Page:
In terms of relational complexity, Asturias and Navarre have the least complex regulations, while Aragon and the Valencian Community have the most complex ones.

A higher volume of regulation is negatively related to the number of firms in Spain. More regulation expected by firms is negatively related to expected business capitalisation. Relational and linguistic complexity generates negative impacts on productivity and judicial efficiency.

For Alicia Coronil, regulatory inefficiencies were already weighing down competitiveness before the coronavirus crisis and continue to do so now in the face of the recovery from the crisis and in order for it to be sustainable and inclusive. The indicators pointed out that, in addition to the education model and the labour market, bureaucratic barriers were among the elements explaining inefficiencies, with a regulatory framework that obtained a very negative rating, far removed from Germany, which has a territorial model very similar to Spain's. It is a drag on the creation of new jobs and the creation of new jobs. It is a burden for the creation of companies and for them to grow in size.

Part of the framework was designed in the 1990s and is outdated for the needs of business in terms of growth and access to finance. The company does not have the capacity to cope with the regulatory costs associated with its increased size. These costs also reduce its financing capacity to continue to drive growth and generate new business models.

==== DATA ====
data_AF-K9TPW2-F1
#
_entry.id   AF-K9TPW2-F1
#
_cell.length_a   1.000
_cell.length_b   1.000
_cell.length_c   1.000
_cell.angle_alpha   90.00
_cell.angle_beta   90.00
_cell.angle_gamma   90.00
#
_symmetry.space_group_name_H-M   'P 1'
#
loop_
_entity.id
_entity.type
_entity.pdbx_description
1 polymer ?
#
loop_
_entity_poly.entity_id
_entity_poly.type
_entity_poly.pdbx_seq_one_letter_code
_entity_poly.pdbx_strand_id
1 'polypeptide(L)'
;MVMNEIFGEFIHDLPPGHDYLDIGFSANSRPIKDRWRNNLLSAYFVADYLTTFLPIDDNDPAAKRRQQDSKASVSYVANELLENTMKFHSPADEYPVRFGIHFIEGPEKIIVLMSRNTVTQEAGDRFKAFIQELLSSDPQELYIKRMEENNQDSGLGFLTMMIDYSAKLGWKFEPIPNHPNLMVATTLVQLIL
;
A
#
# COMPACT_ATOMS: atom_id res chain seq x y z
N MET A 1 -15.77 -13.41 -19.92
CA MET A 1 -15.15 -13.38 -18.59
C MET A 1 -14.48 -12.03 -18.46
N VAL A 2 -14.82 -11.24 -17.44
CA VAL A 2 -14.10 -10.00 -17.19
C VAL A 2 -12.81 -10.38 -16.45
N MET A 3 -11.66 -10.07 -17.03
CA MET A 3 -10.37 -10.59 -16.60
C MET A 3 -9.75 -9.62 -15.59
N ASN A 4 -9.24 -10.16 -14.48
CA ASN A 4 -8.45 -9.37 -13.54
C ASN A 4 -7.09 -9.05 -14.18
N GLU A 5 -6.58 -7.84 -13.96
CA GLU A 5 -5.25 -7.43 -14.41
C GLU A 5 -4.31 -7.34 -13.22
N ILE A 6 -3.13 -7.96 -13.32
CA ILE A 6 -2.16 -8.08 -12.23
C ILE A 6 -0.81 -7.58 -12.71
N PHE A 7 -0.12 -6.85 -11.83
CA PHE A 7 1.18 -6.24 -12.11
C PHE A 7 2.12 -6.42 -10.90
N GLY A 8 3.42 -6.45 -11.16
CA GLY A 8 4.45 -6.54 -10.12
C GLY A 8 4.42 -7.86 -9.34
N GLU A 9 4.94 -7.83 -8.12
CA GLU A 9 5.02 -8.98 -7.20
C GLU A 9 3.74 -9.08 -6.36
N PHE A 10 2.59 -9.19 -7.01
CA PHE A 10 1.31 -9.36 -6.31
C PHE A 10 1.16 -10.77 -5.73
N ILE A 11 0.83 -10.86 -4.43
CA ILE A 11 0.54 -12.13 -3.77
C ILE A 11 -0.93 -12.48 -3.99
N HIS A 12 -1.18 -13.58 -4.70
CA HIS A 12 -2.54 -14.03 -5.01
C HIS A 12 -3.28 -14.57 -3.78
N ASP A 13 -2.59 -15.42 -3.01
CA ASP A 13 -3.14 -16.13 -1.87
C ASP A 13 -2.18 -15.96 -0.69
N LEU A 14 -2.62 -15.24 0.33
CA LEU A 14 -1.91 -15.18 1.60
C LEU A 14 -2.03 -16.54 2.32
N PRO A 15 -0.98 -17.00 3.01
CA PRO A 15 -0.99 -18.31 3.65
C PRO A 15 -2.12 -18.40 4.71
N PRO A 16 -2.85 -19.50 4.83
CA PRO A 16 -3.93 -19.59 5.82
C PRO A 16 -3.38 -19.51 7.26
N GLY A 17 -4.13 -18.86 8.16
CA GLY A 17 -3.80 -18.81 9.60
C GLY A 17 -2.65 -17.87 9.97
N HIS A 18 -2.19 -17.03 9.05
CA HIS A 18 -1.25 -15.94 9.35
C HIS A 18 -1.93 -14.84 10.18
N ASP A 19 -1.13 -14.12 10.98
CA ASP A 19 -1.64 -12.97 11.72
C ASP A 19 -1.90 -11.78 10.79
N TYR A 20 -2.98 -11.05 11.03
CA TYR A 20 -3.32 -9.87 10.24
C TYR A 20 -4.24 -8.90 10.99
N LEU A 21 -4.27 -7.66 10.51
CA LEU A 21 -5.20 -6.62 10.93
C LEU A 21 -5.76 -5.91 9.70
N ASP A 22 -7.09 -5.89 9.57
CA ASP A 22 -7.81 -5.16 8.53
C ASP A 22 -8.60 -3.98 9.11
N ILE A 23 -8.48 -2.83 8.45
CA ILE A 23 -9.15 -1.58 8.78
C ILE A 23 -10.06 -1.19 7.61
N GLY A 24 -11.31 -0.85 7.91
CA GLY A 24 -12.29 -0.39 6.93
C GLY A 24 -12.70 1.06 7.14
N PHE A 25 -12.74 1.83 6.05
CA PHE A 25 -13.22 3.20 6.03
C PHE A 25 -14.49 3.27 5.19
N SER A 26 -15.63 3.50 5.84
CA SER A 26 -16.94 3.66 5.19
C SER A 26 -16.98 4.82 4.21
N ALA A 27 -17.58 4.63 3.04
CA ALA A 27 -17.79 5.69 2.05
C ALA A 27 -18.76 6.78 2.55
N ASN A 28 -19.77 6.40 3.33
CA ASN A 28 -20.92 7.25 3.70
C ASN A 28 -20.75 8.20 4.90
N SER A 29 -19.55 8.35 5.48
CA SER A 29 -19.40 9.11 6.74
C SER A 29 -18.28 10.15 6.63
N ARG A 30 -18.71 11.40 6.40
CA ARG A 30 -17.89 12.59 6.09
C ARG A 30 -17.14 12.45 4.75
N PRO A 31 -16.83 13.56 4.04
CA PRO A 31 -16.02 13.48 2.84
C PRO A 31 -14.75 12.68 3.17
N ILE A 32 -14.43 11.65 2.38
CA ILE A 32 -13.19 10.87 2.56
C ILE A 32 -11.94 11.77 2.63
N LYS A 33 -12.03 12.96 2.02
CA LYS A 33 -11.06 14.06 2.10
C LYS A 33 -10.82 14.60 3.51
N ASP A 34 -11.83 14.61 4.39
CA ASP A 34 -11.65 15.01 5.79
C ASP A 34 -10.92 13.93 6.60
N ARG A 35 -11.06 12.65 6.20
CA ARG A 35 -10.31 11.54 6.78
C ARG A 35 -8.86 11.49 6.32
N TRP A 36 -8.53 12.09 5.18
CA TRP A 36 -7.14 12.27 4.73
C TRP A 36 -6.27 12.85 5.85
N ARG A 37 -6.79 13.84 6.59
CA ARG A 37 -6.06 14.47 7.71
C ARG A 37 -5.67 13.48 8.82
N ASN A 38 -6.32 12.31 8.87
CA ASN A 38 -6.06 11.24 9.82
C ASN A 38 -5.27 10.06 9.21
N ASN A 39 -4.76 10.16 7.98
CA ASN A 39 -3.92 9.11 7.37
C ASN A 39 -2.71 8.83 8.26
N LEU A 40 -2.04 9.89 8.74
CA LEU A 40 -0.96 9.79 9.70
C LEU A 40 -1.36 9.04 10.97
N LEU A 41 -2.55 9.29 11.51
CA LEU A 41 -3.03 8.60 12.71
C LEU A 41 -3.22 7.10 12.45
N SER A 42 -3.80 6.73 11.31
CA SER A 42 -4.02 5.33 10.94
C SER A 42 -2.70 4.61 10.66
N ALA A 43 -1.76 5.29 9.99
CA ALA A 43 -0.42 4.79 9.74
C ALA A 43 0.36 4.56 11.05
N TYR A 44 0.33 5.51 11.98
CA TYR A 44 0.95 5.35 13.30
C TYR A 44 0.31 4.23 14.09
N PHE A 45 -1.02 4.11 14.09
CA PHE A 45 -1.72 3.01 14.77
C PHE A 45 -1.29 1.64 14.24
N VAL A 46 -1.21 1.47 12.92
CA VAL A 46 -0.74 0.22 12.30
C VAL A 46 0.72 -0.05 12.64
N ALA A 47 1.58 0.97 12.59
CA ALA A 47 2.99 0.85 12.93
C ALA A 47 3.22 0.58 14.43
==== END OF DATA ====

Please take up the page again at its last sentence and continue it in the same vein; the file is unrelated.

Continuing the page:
Autonomous community regulation creates more entry barriers for companies to place their business models in other autonomous communities. It goes against market unity, legal certainty and affects a lack of common vision, which is key for countries to overcome decisive moments.

Regulation must be very much based on public-private collaboration so that there is no inefficient regulation due to the lack of business and civil society as interlocutors. Regulation has to be more focused on encouraging new companies to appear, to grow.

Marta Cantero points out that regulation is an issue that impacts on companies' decisions about where to locate. It has a very strong long-term impact. What is the point of so much regulation if it is not efficient?

In the technology sector, to which he referred throughout his speech, there are a number of regulatory challenges. The first of these is specific to this sector. Existing rules were not designed for today's needs due to the development of technology. This makes the application of the rules more difficult. For companies, this translates into legal uncertainty, which generates costs of adapting to the regulatory system.

The technological concepts themselves are unclear, which presents a problem when translating them into legislation. This makes it difficult to define and apply new rules if the technology to be regulated is not known. This also leads to conceptual incompatibilities because it is not possible to determine which type of rules should be applied.

This leads to defining what types of concept we should apply, because the terminology is not adequate, which has an impact on the way it is regulated. In turn, new technologies are altering existing legal elements, such as ownership, liability, function and the role of contracts themselves.
The fifth challenge is a lack of consensus in defining the values that will govern the regulation of technology. A multitude of values exist and may be incompatible with each other, for example, creativity versus safe use of technology. The most obvious conflict with the most ramifications is technology neutrality versus legal certainty.

These problems are not unique to the Spanish legislator.